The Green Bay Packers, the only publicly owned franchise in U.S. sports, are preparing for their fifth stock sale next week, according to a document published by the State of Utah Department of Commerce.
In an Oct. 13 letter to the state, Foley & Lardner LLP, a Madison, Wisconsin-based law firm representing the Packers, asked that the Department of Commerce’s Division of Securities waive its regulations and licensing requirements for the team to sell stock in Utah “on or around Nov. 15”. Shares in the National Football League franchise pay no dividends, don’t appreciate and can’t be sold, characteristics generally associated with registered securities.
The Packers, at 8-0 the only undefeated team in the NFL this season, last sold stock in 1997, when they raised $24 million to update Lambeau Field. On Aug. 25, six months after the team won its fourth Super Bowl title, club President Mark Murphy announced that the Packers were considering another stock sale as part of a $140 million renovation to the 54-year-old stadium.
The letter outlines three main differences between this year’s planned issuance and the 1997 sale. Each share will likely be sold for more than the $200 that was charged in 1997 - - “it may be $250,” according to the letter; entities may be allowed to purchase shares at a higher price than individuals; and shares will be available for purchase online.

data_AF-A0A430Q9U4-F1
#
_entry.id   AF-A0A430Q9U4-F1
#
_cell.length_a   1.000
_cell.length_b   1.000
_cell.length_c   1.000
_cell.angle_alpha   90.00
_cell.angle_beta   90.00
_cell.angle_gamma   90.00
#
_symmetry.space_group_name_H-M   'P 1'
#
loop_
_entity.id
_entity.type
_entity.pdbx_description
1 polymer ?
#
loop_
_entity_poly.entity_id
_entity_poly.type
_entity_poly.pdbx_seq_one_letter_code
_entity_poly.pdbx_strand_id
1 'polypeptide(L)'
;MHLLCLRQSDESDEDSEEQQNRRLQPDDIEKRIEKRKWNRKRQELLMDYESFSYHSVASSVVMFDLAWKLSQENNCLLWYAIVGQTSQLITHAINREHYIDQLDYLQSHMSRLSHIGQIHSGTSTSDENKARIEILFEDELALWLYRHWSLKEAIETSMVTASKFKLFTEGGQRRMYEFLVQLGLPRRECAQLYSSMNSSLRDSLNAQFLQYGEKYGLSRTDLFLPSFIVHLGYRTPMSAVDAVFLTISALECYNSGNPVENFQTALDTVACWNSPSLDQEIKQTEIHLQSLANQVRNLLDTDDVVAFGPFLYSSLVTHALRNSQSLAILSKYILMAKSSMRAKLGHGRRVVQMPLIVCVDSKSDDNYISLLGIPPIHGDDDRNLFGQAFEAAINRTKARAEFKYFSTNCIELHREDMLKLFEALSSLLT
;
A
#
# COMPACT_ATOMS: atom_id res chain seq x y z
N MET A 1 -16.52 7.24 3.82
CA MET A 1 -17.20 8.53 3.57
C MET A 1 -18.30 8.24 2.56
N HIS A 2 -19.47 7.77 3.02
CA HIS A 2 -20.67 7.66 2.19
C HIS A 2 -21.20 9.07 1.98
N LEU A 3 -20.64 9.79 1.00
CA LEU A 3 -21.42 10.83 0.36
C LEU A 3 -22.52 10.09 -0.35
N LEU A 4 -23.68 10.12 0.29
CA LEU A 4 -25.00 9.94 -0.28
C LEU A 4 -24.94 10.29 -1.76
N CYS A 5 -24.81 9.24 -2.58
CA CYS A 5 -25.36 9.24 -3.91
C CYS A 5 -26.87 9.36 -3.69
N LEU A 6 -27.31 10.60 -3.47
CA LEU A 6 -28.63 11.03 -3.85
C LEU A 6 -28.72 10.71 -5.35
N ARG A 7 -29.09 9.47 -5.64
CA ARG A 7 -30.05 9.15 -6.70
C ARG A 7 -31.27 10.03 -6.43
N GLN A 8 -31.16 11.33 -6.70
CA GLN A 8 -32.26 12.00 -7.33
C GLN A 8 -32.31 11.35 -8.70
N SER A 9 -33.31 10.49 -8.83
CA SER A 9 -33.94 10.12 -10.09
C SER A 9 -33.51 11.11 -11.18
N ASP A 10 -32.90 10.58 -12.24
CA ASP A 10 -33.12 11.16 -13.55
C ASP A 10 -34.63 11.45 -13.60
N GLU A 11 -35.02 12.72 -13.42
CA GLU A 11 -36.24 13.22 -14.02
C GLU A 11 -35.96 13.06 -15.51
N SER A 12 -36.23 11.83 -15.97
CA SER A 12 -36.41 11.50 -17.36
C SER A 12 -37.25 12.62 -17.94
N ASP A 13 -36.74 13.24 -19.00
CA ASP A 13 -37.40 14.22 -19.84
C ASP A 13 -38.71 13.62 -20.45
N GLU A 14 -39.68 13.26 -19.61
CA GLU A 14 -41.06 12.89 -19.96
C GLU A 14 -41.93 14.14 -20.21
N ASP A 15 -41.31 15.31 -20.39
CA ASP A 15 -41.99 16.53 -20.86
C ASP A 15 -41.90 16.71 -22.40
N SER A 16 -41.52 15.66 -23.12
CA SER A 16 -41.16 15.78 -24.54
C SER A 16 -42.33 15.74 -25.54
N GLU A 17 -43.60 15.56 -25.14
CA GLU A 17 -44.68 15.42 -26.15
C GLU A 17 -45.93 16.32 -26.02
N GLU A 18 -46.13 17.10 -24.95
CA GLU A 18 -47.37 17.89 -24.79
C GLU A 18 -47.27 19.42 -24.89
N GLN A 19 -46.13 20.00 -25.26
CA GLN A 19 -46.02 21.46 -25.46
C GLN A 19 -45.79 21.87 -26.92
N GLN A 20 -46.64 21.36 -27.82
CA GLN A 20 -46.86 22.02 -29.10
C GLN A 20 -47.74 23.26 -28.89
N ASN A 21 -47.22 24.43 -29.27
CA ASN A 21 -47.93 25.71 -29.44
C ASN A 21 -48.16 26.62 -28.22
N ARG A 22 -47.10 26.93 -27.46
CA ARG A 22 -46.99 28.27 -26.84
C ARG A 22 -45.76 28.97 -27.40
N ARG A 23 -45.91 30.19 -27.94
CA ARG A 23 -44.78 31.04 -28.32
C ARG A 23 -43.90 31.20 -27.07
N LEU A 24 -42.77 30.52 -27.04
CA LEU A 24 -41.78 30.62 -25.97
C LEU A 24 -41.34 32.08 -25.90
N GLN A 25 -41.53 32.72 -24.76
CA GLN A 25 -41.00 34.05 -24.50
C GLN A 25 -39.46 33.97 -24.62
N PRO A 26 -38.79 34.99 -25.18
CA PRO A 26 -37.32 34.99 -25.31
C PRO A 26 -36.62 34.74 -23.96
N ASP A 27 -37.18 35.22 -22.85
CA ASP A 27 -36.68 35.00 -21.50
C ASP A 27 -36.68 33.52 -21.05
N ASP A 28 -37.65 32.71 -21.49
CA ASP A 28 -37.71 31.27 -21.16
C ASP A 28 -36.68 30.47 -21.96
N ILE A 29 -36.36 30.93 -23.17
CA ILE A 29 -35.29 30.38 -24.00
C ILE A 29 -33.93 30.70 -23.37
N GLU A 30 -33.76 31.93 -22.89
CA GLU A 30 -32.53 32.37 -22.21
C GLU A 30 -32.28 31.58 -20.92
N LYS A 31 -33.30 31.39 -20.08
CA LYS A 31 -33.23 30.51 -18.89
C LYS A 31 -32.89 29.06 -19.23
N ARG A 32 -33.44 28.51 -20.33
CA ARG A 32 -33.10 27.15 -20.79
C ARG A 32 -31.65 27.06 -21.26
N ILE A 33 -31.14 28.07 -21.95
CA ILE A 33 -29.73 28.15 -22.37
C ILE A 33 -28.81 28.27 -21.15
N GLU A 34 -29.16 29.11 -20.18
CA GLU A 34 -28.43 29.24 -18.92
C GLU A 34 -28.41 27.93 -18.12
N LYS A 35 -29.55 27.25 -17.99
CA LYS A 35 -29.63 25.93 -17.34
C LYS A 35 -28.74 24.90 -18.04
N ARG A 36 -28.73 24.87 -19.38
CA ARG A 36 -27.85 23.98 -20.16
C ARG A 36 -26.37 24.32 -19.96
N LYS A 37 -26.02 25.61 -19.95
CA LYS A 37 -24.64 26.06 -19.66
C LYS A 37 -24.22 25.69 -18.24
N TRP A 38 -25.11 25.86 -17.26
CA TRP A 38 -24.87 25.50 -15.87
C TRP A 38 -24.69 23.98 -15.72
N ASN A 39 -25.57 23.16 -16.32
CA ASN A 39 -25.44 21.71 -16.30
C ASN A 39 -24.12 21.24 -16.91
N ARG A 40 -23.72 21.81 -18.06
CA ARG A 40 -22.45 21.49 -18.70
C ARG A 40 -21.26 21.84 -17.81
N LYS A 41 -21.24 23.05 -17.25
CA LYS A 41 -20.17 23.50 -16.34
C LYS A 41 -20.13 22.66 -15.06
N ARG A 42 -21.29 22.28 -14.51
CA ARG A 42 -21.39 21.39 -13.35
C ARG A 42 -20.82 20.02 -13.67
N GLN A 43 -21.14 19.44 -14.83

“We continue to work on the administrative aspects of a potential sale and are not in a position to discuss specifics,” Packers spokesman Aaron Popkey said in an e-mail when asked about the document.
The Packers have about 112,000 shareholders owning 4.75 million shares. The team has sold shares four times in its 93- year history, first in 1923, when 1,000 people bought $5 shares.
On Nov. 3, the Utah Division of Securities responded that it wouldn’t recommend any administrative action should the Packers move forward. Popkey declined to comment on how many states had received similar letters, and how many had already responded.
The Packers want to hold the stock sale before Christmas, Vice President of Administration Jason Wied said in an interview two months ago. NFL commissioner Roger Goodell approved the team’s plan on Oct. 8.
The $140 million renovation, which will add two gates and about 6,600 seats, will be funded mostly through a stock sale and debt, Wied said in September. He said Green Bay-based Associated Banc-Corp (ASBC), Wisconsin’s largest independent bank by assets, probably would handle the debt financing.
Green Bay has a population of 104,057, according to the U.S. Census Bureau, making it the smallest market in the NFL. The Packers are valued at $1.08 billion, ninth highest in the league, according to Forbes magazine.
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